20 little-known facts about Jakarta

By admin, in Tourist Guide on . Tagged width: ,

Jakarta has been around for 488 years now. And just think, in 12 years from now, this town will have reached its fifth century of existence. However, it’s confounding how little we truly know about Jakarta. So, we urge you to read through the following pages and discover more about your city. Learn about the milestones that have made The Big Durian the city it is now, right from its very formation. Here are twenty obscure facts about Jakarta that you might not have heard before:

  1. Although famous as the founder of Singapore, Sir Thomas Stamford Raffles actually spent quite some time in the Big J when he was governor of Java. The tomb of his second wife, Olivia Mariamne Raffles, can be found at Museum Taman Prasasti.
  2. One of a number of legacies left by Raffles and the British colony is driving on the left side of the road. It all began in, of course, Jakarta.
  3. One of the oldest operating restaurants in town is Restoran Trio. An eatery specialising in Cantonese cuisine, it opened back in 1947 and has seen many luminaries visiting its premises, including almost all of Jakarta’s past governors.
  4. Another unique restaurant that not many Jakartans are aware of is Pyongyang Restaurant. As its name suggests, Pyongyang is a North Korean joint and is operated by an organisation working under the government of North Korea. They serve authentic North Korean delicacies that you can’t find elsewhere in the city.
  5. Jakarta boasts the oldest golf course in South-East Asia. Jakarta Golf Club, located over in Rawamangun, was founded way back in 1872. It was first known as Batavia Golf Club, and was a frequent haunt of the late former president Suharto.
  6. One of Jakarta’s sister cities is Casablanca, the largest city in Morocco. Both parties signed an agreement to formalise the relationship in 1990. Jalan Casablanca was named to celebrate this alliance between the two cities. However, no street in Casablanca has been named in honour of Jakarta.
  7. To prove that museums don’t have to be housed in massive historic buildings, Jakarta is actually home to a few small places that call themselves museums. Ones to look out for include Museum Di Tengah Kebun in Kemang and Museum Katedral inside Gereja Katedral.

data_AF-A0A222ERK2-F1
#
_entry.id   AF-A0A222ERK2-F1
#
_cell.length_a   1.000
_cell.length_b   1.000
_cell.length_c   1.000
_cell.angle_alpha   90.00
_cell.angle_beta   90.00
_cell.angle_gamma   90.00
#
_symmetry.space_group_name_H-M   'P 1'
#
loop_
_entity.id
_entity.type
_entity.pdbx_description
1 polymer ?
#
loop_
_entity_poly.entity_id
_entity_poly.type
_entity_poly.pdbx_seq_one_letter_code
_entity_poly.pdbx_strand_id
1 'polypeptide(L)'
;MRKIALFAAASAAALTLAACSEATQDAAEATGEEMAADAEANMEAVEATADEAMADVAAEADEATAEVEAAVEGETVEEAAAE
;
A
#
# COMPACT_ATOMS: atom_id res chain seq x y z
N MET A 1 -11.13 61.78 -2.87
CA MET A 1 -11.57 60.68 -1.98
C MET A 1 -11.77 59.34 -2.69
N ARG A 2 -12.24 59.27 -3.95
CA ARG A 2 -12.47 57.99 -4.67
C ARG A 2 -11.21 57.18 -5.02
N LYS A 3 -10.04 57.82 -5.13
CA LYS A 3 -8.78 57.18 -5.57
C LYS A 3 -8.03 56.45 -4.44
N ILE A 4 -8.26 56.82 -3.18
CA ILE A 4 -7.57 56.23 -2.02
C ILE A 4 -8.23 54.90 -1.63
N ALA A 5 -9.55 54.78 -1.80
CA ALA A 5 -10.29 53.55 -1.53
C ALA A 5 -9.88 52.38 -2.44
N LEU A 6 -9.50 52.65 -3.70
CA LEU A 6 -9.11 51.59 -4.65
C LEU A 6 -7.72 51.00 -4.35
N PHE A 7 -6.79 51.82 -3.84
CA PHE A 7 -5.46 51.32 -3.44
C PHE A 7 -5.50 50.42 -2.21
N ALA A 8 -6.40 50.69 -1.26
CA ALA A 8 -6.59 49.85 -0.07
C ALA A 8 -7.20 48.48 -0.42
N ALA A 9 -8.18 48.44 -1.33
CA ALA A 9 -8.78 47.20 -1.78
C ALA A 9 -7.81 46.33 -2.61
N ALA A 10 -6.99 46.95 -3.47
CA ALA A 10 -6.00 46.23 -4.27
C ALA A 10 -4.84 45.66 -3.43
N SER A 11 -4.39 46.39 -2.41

8. If you’re wondering why we’re beginning to see blue bajaj among the original orange ones, it’s because the petrol-driven orange bajaj are being slowly replaced by the blue ones, which run on Compressed Natural Gas (CNG). We can expect to see only the blue variety on the streets of Jakarta by the end of 2016.
  9. Jakarta is home to the largest population of Indonesian Chinese in the archipelago, who account for 5.53 per cent of the city’s total number of inhabitants.
  10. Unlike other cities in the world, Jakarta does not have proper sidewalks for pedestrians to walk on. Even when there is a footpath of sorts, chances are motorcycles are using it as an extra lane, or large holes are using it to break people’s legs.
  11. Due to the short supply of land and property, along with a currency that is depreciating in value, Jakarta offered the highest return on upscale property investment in the world back in 2013, according to a report by avenue3realty.com real estate consultancy Frank Knight.
  12. North Jakarta is the only part of the city that directly connects with the Java Sea. This is where you can find Tanjung Priok, Ancol Dreamland and some parts of Kota Tua.
  13. Speaking of Ancol Dreamland, did you know that despite how poorly some Jakartans rate it, it is the largest integrated tourism area in all of South-East Asia?
  14. Jakarta is nicknamed The Big Durian because many people see the city as the Indonesian equivalent of New York City. Big Apple versus Big Durian?
  15. If you thought that Jakarta was all concrete jungle and congested streets, well, you need to get around more. Hutan Kota Srengseng is a 15.3-hectare man-made forest situated in West Jakarta. Built way back in 1993, it’s a mystery why so few people know about this green paradise.
  16. Those of you planning a holiday in Paris to see the Louvre in all its glory probably didn’t know that Jakarta is home to a building that looks strikingly similar to the famous Parisian landmark. The agribusiness information centre in the office complex of the ministry of agriculture is a remarkably Louvre-like glass pyramid. It’s surrounded by a lake, and has a vast park next to it.
  17. While Bangkok boasts Khao San Road as its main backpacker strip, Jakarta has its own budget traveller paradise in the form of Jalan Jaksa. Teeming with foreigners and tiny bars, even Jakartans feel like tourists when they step foot there.
  18. Once upon a time, Jakarta had its very own Hollywood in Mangga Besar, frequented by celebrities, artists and other luminaries during the 1930s. Known as Prinsen Park, it was built by a Chinese businessman called Tan Hin Nie. During the ’60s, the place began to lose its allure, and by the 1980s it had been deserted by the rich and famous. The city’s government changed its name to Taman Hiburan Rakyat Lokasari, and since the nineties, it has transformed into a nightlife utopia (of the debauched kind).
  19. All is not what it seems with the hordes of beggars on Jakarta’s streets. A practitioner of this lowly trade can pocket up to Rp.1 million per day. In fact, it has become such a lucrative business that those vagrants and street urchins you see every day are suspected of belonging to syndicates.
  20. Although it now serves as the residence of Indonesia’s past and present presidents, the Istana Negara was initially erected as the abode for Dutch businessman JA van Braam. The location was chosen because it was in the city’s most exclusive neighbourhood of the time.